The problem here is that it takes an enormous suspension of disbelief to concur not only that these patterns worked as easily and apolitically as UNESCO likes to purport, but also that these patterns were not instead dependent on human interactions, choices, and asymmetries throughout their effective lifespan. All people in Nubia were equal, but some people—archaeologists, architects and engineers amongst them—seemed to be more equal than others. This summer, I came across a display panel in the National Museum in Warsaw detailing how the institution “acquired 67 wall paintings”, amongst various other objects from Nubia. The rest of the artefacts from Polish work during the Nubian campaign, the panel informs us, “found their way to the Sudan National Museum in Khartoum”. But for anything to ‘find its way’ requires conversations between archaeologists and government officials and a division of excavated artefacts to be decided on and take place. Giving the Polish objects agency—a bit like a freewheeling object on its way to a safe haven—removes the reality that this agency was produced by human beings making choices, symmetrical or otherwise.
And that is why the Nubian campaign—itself launched in a glare of publicity—is so relevant to the Abu Dhabi conference and its aftermath. Just as it takes a suspension of disbelief to imagine that what rests behind the patterns created by the Nubian work did not involve people making choices with and about other people, so it takes a suspension of disbelief to give credence to the idea that the network of safe havens that the Abu Dhabi conference proposed can be produced without massive diplomatic and legislative pressure. Despite appearances, cultural property and finance capital are able to move about as smoothly as Iconem’s reconstructions, which is to say that they can’t move freely at all; at least not without the assistance of partner governments and—as in the case of the “Eternal Sites” exhibition—people involved with Google Arts and Culture, the Leon Levy Foundation, Bank of America, LVMH, Fondation Total, Caisse des Dépôts, the American Funds of the Louvre, and something called the Kheops Funds for Archaeology.
There are difficult questions at stake here. Morag Kersel (in press, 2016, 14) has discussed the positives and negatives of cultural property safe havens in detail, also noting that “there is no doubt that landscapes, museums, and artifacts across the Middle East face ongoing threats”. No one would deny that things—and that is what cultural property constitutes before, as in this case, it is excavated—are threatened, even as it is the act of digging, whether archaeological excavation or looting, that creates the cultural property on which this threat is enacted. What I would like to know, though, is how the particular assemblage of institutions, objects, capital and people represented not only by the Iconem exhibition but also by the Abu Dhabi conference could come together now. How is it possible to suggest the efficacy of digital preservation and the notion of the cultural property “safe haven” at the same time as other immanent safe havens—ones, you will not be surprised to read, relating to people—have so obviously failed to come into being? Similarly, I’d like to clarify what the ethical implications of this situation might be, and where the assemblage of resources pulled together in Paris and Abu Dhabi might therefore be best placed to work. Sad to say, I have a feeling that it is not necessarily at the Grand Palais.
The evening that “Eternal Sites” opened, the great and the good gathered at the show. François Hollande (who, in Abu Dhabi, had so memorably used the rhetoric of warfare) described the exhibition as “a militant act”. To say the least, it was an odd turn of phrase given that, at exactly the same time in Aleppo (part of which is itself a World Heritage site), the devastated city’s remaining inhabitants—those who had neither fled nor been killed—were waiting for a final act of warfare to finish unfolding as the Assad regime’s (Russian-backed) forces closed in. At best, reports were desperate. At worst, they involved summary executions and Syrians recording, online, what they feared would be their final moments. Safe havens were sorely lacking, even as organisations like the International Red Cross called for controlled evacuations to take place and pressure renewed for foreign states to undertake the sort of positive, humanitarian interventions that they had so noticeably failed to enact as the Syrian conflict erupted and the refugee crisis worsened.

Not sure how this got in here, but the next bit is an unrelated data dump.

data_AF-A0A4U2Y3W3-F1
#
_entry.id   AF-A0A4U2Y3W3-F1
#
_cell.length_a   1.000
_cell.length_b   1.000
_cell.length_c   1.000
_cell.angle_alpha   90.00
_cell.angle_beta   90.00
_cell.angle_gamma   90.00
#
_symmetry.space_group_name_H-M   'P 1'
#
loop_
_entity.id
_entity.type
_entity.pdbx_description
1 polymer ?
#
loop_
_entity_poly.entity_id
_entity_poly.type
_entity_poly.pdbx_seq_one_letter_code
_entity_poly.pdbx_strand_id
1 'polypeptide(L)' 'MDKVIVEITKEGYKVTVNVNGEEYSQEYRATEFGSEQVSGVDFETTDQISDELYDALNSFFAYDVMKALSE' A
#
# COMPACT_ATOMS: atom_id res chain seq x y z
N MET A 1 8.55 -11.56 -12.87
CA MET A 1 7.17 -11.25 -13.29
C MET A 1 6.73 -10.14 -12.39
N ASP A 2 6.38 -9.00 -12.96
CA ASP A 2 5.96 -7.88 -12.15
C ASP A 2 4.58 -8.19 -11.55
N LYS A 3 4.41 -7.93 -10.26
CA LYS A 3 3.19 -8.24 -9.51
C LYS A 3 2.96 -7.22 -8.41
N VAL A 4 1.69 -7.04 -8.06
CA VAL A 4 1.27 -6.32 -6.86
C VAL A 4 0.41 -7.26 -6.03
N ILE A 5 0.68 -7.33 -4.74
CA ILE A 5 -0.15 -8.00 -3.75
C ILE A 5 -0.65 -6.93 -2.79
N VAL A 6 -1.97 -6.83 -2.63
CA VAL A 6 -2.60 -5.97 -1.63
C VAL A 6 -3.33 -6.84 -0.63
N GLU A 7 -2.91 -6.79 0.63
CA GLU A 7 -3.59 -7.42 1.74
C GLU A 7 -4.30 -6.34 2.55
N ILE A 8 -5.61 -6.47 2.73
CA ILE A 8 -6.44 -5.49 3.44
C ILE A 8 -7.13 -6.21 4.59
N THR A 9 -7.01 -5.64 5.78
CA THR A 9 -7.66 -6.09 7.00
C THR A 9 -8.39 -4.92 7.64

And here lies the final, grim irony. By appropriating the terminology of warfare, creating “safe havens” for cultural property and recording sites like Palmyra with—in all seriousness—technology such as drones, we not only create a dubious moral equivalence between sites, objects, and the people who live in and around them. By dehumanising representations of such places, we also take that equivalence away at the same time as we dehumanise the refugees who we—in the European Union and the United States, but also, arguably, in Gulf states like the United Arab Emirates—have collectively failed to assist. Cultural property can now move more freely—and, as a commodity, is often valued more highly—than people, whether in terms of the sort of initiative announced in Abu Dhabi or in terms of the art market that helps to fuel looting. As the world turns to populism and demagoguery, racism and fear, we let some goods keep on moving and classify other, human ‘goods’ as not good at all. As we do so, we need to think about what our priorities are. What is the point of things without people?
With thanks to Morag Kersel for permission to cite her forthcoming article.
Allais, Lucia. 2012. “The Design of the Nubian Desert: Monuments, Mobility, and the Space of Global Culture”. In: Aggregate collective (eds) Governing by Design: Architecture, Economy, and Politics in the Twentieth Century. Pittsburgh: University of Pittsburgh Press, 179-215.
Dafalla, Hassan. 1975. The Nubian Exodus. London: C Hurst & Company.
Hopkins, Nicholas, and Sohair Mehanna (eds). 2010. Nubian Encounters: The Story of the Nubian Ethnological Survey 1961-1964. Cairo: The American University in Cairo Press.
Kersel, Morag. In press (2016). “Acquisition Apologetics: A Case for Saving the Past for the Future?” Brown Journal of World Affairs 23 (1).